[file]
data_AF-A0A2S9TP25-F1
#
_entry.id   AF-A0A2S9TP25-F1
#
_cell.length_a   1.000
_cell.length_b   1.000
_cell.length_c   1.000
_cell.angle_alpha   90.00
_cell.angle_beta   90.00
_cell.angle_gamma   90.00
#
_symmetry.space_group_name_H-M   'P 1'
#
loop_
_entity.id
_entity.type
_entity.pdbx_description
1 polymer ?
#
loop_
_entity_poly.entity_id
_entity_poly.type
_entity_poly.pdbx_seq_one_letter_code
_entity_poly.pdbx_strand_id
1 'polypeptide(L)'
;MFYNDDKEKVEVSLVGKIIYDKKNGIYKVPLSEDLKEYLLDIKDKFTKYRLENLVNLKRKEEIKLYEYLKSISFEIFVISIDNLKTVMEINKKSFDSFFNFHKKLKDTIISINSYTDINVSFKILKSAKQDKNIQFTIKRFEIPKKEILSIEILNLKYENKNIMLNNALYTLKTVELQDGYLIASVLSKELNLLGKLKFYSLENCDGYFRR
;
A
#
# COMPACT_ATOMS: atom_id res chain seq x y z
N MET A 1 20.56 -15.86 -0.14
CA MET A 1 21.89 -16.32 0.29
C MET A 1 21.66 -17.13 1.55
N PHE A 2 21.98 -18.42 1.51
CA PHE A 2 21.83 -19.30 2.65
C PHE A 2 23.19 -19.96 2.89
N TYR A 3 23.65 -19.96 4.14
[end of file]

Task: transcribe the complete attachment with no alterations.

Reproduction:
data_AF-A0A2S9TP25-F1
#
_entry.id   AF-A0A2S9TP25-F1
#
_cell.length_a   1.000
_cell.length_b   1.000
_cell.length_c   1.000
_cell.angle_alpha   90.00
_cell.angle_beta   90.00
_cell.angle_gamma   90.00
#
_symmetry.space_group_name_H-M   'P 1'
#
loop_
_entity.id
_entity.type
_entity.pdbx_description
1 polymer ?
#
loop_
_entity_poly.entity_id
_entity_poly.type
_entity_poly.pdbx_seq_one_letter_code
_entity_poly.pdbx_strand_id
1 'polypeptide(L)'
;MFYNDDKEKVEVSLVGKIIYDKKNGIYKVPLSEDLKEYLLDIKDKFTKYRLENLVNLKRKEEIKLYEYLKSISFEIFVISIDNLKTVMEINKKSFDSFFNFHKKLKDTIISINSYTDINVSFKILKSAKQDKNIQFTIKRFEIPKKEILSIEILNLKYENKNIMLNNALYTLKTVELQDGYLIASVLSKELNLLGKLKFYSLENCDGYFRR
;
A
#
# COMPACT_ATOMS: atom_id res chain seq x y z
N MET A 1 20.56 -15.86 -0.14
CA MET A 1 21.89 -16.32 0.29
C MET A 1 21.66 -17.13 1.55
N PHE A 2 21.98 -18.42 1.51
CA PHE A 2 21.83 -19.30 2.65
C PHE A 2 23.19 -19.96 2.89
N TYR A 3 23.65 -19.96 4.14